Last week, the tactile design workshop participants had the opportunity to share their work with the team of other students and facilitators at Archeworks. We asked our sighted audience to use blindfolds to experience the illustrations. This is one of the experiential research methods we used during the tactile design workshop before beginning our design process. In a previous post I shared some observations from Megan and Will about their experience with the tactile design workshop. Below we continue with reflections submitted by Grant Haugen and Cleo Ngiam.
Not being trained as an artist or architect, I came into this workshop fully fascinated with the possibilities of what I could learn going forward. At our first session, we were all blind-folded and had to separate a dozen samples of sandpaper, placing them in degrees of roughness from least-rough to most-rough. I quickly had to rely on my tactile senses to decipher the minute differences required to put them in order. Although I love touching interesting and/or soft textures, I had never really thought too much about relying exclusively on my other senses. This was compounded with a reading that Will mentions (see previous post, below), in which we learn that it’s only until recently that our society has become so vision-centric. A few days after this reading, I was driving through the suburbs to go to Wisconsin. Although I loathe suburban areas for their car-dependency, I had never once thought about how difficult it would be for a visually impaired person to get around. There aren’t too many sidewalks or people on the street willing to help the person if they are in a situation in which they need it, nor is there a stellar public transportation network making it easy for them to get around.
On our last day of the workshop, we had a focus group come in to have them feel our final projects and obtain feedback. I was nervous as to how much detail I should include on what I wanted to present as I was trying to illustrate what scent feels like. Not only did I have items to touch, I also included three very different and strong scents. I had such a thrill watching the focus group participants interact with my piece and have fun. I was told that it was multi-sensory, which made it exciting and accessible for all of the participants, which underlies Richard’s comment on never having too much detail on something.
One great point that was brought up was that most art museums are quite boring for visually impaired people as they are unable to always make out what they should be looking at, and at most museums, you’re not allowed to touch the artwork. We were told that children’s museums are quite fun as they’re very interactive and focus much on touch.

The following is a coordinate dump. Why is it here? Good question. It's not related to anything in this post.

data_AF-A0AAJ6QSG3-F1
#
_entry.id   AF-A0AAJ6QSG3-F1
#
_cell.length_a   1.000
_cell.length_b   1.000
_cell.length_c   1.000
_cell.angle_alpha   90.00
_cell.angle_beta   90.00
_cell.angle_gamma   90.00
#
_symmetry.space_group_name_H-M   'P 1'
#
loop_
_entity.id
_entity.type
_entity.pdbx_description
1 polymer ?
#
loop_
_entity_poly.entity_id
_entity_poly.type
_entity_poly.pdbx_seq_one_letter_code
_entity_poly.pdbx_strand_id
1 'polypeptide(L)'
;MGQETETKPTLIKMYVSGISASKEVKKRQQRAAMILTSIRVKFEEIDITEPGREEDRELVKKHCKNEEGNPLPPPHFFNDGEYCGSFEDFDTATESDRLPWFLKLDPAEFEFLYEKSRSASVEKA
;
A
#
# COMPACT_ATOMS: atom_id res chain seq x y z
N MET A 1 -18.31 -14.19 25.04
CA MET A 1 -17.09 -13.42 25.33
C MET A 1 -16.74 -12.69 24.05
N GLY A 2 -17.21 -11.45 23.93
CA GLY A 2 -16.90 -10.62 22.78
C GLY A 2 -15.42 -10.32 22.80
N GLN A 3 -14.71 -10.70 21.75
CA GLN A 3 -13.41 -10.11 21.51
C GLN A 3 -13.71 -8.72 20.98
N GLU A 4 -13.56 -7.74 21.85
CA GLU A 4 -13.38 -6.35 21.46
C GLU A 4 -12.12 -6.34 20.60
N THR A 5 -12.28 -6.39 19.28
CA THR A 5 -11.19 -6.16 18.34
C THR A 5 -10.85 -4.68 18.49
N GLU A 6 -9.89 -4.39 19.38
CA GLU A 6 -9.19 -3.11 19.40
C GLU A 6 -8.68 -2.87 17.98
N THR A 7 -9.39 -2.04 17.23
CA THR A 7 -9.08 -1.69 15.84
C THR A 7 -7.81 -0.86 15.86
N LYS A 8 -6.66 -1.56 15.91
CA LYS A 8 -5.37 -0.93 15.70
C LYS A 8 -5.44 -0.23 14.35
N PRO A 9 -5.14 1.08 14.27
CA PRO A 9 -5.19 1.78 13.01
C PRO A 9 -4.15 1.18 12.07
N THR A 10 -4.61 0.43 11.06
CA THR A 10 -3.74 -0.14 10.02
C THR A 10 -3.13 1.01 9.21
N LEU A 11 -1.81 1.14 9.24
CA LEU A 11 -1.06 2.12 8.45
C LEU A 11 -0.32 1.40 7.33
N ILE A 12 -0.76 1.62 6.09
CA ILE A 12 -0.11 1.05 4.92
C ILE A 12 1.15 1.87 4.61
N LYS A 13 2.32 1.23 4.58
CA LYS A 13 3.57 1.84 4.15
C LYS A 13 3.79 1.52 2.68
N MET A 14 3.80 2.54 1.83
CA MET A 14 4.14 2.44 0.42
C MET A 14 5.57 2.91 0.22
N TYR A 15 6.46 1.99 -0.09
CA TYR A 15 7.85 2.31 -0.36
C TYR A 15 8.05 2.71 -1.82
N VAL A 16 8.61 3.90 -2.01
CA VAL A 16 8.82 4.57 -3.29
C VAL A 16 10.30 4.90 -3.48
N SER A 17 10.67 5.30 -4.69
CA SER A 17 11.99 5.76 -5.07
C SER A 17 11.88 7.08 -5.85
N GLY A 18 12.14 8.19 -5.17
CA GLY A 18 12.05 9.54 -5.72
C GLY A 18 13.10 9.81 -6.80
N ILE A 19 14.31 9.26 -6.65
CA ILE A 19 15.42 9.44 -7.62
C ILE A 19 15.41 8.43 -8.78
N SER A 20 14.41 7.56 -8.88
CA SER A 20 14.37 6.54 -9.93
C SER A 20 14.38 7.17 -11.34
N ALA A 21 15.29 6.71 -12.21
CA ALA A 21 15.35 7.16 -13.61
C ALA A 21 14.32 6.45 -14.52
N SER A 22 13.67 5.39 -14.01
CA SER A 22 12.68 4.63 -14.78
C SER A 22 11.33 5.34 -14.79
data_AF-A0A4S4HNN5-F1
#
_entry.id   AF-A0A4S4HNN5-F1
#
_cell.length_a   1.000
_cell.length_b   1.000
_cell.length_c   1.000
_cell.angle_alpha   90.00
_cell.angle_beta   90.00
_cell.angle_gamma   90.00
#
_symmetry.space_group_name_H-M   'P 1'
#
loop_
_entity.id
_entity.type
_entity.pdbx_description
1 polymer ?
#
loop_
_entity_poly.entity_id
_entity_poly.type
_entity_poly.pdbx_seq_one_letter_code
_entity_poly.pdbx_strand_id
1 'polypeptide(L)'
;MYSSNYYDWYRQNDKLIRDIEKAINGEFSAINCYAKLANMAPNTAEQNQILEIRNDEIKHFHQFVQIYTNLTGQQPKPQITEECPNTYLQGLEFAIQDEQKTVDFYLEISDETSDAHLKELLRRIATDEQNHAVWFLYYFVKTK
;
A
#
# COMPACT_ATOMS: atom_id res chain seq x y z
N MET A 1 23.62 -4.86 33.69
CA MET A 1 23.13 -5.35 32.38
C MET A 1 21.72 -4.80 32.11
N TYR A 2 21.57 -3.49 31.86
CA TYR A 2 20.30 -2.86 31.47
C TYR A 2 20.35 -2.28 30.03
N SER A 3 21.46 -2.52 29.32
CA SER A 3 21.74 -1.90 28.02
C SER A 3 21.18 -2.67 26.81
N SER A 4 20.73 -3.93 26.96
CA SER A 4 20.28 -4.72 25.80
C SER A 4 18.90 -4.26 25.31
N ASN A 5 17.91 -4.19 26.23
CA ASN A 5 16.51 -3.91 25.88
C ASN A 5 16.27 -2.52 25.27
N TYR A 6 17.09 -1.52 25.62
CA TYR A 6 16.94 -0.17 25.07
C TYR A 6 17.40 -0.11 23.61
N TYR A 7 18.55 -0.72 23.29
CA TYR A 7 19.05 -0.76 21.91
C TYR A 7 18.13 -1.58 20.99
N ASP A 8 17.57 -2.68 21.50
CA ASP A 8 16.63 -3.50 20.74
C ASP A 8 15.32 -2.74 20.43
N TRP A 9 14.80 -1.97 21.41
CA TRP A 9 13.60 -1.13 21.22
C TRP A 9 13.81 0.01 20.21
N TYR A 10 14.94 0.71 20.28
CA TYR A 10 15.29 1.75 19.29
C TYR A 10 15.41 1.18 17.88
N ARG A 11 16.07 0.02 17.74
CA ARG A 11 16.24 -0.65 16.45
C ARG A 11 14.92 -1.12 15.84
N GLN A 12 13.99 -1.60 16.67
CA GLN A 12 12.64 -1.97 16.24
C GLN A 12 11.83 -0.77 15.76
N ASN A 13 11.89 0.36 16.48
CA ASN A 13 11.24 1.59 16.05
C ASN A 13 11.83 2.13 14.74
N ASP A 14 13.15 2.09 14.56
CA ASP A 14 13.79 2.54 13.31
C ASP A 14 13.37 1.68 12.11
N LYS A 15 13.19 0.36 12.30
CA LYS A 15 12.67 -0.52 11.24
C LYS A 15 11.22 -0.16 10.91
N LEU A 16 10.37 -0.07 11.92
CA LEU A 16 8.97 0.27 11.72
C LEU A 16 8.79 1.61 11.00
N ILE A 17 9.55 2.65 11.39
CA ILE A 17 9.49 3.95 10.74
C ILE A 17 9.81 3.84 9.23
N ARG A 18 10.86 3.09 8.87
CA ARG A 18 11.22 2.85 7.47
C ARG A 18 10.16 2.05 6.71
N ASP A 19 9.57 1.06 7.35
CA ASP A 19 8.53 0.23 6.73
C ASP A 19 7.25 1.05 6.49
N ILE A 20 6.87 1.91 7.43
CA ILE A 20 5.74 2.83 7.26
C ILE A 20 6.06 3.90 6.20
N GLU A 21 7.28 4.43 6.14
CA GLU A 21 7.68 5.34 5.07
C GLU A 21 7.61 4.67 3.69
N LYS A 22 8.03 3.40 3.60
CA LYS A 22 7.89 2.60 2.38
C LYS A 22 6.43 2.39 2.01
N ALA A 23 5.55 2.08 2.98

Although this workshop lasted a mere six weeks, it truly changes the way I use all my other senses than vision. I wear glasses, and since I have a hard time seeing without wearing them, I tend to take them off only when I’m sleeping or in the shower. Since the workshop, I’ve been taking off my glasses while in yoga, forcing me to rely much more on listening to my body and what the instructor is saying. I’m not busy focusing on how other yogis are doing their position, or watching the teacher to see the ‘perfect’ form of whichever particular pose we are working on. I feel that the intention I bring with me is much deeper and I’m able to understand my body much more.
The way I perceive the built environment and spatial design of the city are changed going forward. There are so many things that can be done to enhance the quality of life in cities for all types of residents. I’ve been intrigued on the use of sound and hope to learn more on implementing public sound installations as I move forward in my urban design and planning work.
This workshop was instrumental in expanding my capacity to make great cities!
How do you make your audience feel home?
How do you transfer an emotion to a graphic?
How does a tactile graphic add to the emotional and visual connection to an audio?
The answer is: I don’t know.
Throughout the whole workshop, we kept throwing around questions, contemplated on them and even tried to find ways to empathize.
But how do you let go of a sense that’s inherent to your perception of life?
The answer is: I don’t know.
It seemed that as we explored the different ways to relate stories and recipes to the viewer, it triggered others to share their own stories and recipes as well.
That was what captivated me the most. It seems that regardless of your ability or disability, food traditions are something that we have all inherited and continue with our own tweaks and personal touches. We all know how it feels like when you’re watching a close one cook for you. We can relate to steam fogging up the moisture of your face when a plate of good food is placed in front of you. We understand that the weight of the food is often disproportionate to the weight of our stomachs after consuming large amounts of food in a short amount of time.
So perhaps it wasn’t just about displaying the food traditions of someone else, but how we carry out our traditions to other people and establish our own as well. The tool we create is not just a tactile graphic, but an heirloom that encapsulates our memories, our superstitions, and our cooking stains when passing on that food tradition.